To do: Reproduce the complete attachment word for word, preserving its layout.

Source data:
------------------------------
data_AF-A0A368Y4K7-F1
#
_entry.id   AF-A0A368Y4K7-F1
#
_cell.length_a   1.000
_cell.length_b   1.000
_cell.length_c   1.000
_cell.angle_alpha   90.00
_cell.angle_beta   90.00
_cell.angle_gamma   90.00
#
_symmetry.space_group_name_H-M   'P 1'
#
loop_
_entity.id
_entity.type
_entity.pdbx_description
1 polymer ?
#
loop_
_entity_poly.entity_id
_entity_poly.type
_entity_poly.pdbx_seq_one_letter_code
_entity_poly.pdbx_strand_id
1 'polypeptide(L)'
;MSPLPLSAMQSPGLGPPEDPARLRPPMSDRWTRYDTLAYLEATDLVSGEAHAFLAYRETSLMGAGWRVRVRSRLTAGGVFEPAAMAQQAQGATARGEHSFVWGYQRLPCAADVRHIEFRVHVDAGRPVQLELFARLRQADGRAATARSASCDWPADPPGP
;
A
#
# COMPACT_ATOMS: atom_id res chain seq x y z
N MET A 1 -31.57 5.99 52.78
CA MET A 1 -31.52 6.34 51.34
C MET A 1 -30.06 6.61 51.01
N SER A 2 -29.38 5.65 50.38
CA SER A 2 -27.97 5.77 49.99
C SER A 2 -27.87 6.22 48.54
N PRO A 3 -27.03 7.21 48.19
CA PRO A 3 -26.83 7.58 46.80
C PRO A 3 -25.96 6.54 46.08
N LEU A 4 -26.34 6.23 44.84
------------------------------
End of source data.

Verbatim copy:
data_AF-A0A368Y4K7-F1
#
_entry.id   AF-A0A368Y4K7-F1
#
_cell.length_a   1.000
_cell.length_b   1.000
_cell.length_c   1.000
_cell.angle_alpha   90.00
_cell.angle_beta   90.00
_cell.angle_gamma   90.00
#
_symmetry.space_group_name_H-M   'P 1'
#
loop_
_entity.id
_entity.type
_entity.pdbx_description
1 polymer ?
#
loop_
_entity_poly.entity_id
_entity_poly.type
_entity_poly.pdbx_seq_one_letter_code
_entity_poly.pdbx_strand_id
1 'polypeptide(L)'
;MSPLPLSAMQSPGLGPPEDPARLRPPMSDRWTRYDTLAYLEATDLVSGEAHAFLAYRETSLMGAGWRVRVRSRLTAGGVFEPAAMAQQAQGATARGEHSFVWGYQRLPCAADVRHIEFRVHVDAGRPVQLELFARLRQADGRAATARSASCDWPADPPGP
;
A
#
# COMPACT_ATOMS: atom_id res chain seq x y z
N MET A 1 -31.57 5.99 52.78
CA MET A 1 -31.52 6.34 51.34
C MET A 1 -30.06 6.61 51.01
N SER A 2 -29.38 5.65 50.38
CA SER A 2 -27.97 5.77 49.99
C SER A 2 -27.87 6.22 48.54
N PRO A 3 -27.03 7.21 48.19
CA PRO A 3 -26.83 7.58 46.80
C PRO A 3 -25.96 6.54 46.08
N LEU A 4 -26.34 6.23 44.84